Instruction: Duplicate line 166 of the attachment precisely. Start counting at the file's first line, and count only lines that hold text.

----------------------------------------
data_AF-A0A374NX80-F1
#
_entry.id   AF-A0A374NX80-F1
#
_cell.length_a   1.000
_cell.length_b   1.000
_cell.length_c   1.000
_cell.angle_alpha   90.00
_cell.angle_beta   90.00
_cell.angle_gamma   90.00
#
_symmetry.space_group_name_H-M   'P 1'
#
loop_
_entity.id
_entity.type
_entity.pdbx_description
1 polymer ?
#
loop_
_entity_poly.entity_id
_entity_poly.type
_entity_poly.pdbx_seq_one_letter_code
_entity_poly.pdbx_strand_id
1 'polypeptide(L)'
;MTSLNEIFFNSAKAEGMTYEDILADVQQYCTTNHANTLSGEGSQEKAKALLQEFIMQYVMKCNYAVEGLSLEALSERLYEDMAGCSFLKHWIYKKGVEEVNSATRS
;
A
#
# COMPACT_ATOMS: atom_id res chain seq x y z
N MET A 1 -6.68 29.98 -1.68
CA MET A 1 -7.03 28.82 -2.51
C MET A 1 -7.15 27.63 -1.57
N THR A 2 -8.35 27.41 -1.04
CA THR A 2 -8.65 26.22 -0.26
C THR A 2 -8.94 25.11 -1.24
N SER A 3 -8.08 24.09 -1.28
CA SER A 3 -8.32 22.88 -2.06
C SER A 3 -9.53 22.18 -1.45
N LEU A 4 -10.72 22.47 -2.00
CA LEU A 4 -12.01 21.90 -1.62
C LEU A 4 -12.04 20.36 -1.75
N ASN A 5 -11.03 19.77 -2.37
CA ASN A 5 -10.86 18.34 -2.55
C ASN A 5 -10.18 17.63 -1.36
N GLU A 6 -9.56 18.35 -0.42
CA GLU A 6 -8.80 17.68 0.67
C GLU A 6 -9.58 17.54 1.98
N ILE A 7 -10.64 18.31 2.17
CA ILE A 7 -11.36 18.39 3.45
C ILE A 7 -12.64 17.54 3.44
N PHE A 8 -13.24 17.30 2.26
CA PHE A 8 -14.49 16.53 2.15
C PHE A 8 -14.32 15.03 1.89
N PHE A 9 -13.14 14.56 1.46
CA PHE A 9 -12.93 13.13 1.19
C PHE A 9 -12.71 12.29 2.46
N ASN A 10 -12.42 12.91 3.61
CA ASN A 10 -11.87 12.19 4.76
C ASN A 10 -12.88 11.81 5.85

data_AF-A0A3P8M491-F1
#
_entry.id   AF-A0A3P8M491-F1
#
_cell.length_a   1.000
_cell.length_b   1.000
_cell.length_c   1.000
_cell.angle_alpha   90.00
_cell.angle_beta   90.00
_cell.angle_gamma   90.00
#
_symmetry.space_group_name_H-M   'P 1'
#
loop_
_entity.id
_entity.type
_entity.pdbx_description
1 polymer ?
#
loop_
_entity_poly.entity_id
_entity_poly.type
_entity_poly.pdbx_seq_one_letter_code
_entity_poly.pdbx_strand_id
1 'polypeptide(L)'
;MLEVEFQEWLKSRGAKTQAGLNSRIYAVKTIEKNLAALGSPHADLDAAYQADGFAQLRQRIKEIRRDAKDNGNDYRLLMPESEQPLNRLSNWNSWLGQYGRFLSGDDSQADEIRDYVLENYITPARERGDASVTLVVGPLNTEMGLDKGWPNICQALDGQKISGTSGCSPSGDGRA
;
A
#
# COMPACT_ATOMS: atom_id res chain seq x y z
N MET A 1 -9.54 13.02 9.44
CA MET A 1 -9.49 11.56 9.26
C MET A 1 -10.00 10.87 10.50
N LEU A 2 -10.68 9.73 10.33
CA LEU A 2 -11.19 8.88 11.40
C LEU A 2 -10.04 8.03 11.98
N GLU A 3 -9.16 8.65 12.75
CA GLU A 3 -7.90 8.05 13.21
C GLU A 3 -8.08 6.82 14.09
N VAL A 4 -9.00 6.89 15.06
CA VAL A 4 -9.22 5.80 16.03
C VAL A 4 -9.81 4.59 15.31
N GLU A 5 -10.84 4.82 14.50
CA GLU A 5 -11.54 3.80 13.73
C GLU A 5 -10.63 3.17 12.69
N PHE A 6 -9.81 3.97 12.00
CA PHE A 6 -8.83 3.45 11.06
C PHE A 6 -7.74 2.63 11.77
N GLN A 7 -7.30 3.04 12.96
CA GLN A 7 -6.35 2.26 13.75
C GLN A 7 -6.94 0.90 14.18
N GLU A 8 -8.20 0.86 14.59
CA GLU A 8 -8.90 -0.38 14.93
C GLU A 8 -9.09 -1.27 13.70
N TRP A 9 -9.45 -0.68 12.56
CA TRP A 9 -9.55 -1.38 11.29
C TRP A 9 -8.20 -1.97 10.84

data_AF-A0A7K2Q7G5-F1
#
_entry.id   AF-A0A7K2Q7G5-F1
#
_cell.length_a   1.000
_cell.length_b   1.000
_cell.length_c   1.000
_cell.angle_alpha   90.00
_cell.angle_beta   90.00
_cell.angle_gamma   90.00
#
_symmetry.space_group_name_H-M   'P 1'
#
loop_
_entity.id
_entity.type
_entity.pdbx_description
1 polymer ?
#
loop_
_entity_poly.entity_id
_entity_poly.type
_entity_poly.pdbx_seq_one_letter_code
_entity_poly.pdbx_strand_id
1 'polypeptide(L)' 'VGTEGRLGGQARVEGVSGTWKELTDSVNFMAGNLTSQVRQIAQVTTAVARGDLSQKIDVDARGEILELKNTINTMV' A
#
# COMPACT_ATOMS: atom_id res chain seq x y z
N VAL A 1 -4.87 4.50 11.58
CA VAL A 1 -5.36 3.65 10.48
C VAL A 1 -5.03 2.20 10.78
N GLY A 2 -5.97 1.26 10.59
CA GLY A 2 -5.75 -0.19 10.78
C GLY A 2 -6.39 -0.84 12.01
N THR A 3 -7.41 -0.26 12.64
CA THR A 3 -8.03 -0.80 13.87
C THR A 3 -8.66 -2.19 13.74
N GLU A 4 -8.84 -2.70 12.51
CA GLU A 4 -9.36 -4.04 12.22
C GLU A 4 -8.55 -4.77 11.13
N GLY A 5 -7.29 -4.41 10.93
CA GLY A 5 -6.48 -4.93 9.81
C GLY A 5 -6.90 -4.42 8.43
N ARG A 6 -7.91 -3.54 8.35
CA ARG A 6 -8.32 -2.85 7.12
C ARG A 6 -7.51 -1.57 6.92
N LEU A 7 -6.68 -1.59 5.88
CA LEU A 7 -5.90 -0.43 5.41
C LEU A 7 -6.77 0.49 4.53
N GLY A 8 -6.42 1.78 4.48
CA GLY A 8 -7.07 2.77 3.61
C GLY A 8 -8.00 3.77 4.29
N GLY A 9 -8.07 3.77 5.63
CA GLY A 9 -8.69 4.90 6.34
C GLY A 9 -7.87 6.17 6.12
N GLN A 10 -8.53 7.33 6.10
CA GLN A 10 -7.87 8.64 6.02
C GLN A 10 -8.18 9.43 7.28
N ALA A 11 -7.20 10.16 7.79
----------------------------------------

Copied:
N GLY A 8 -6.42 1.78 4.48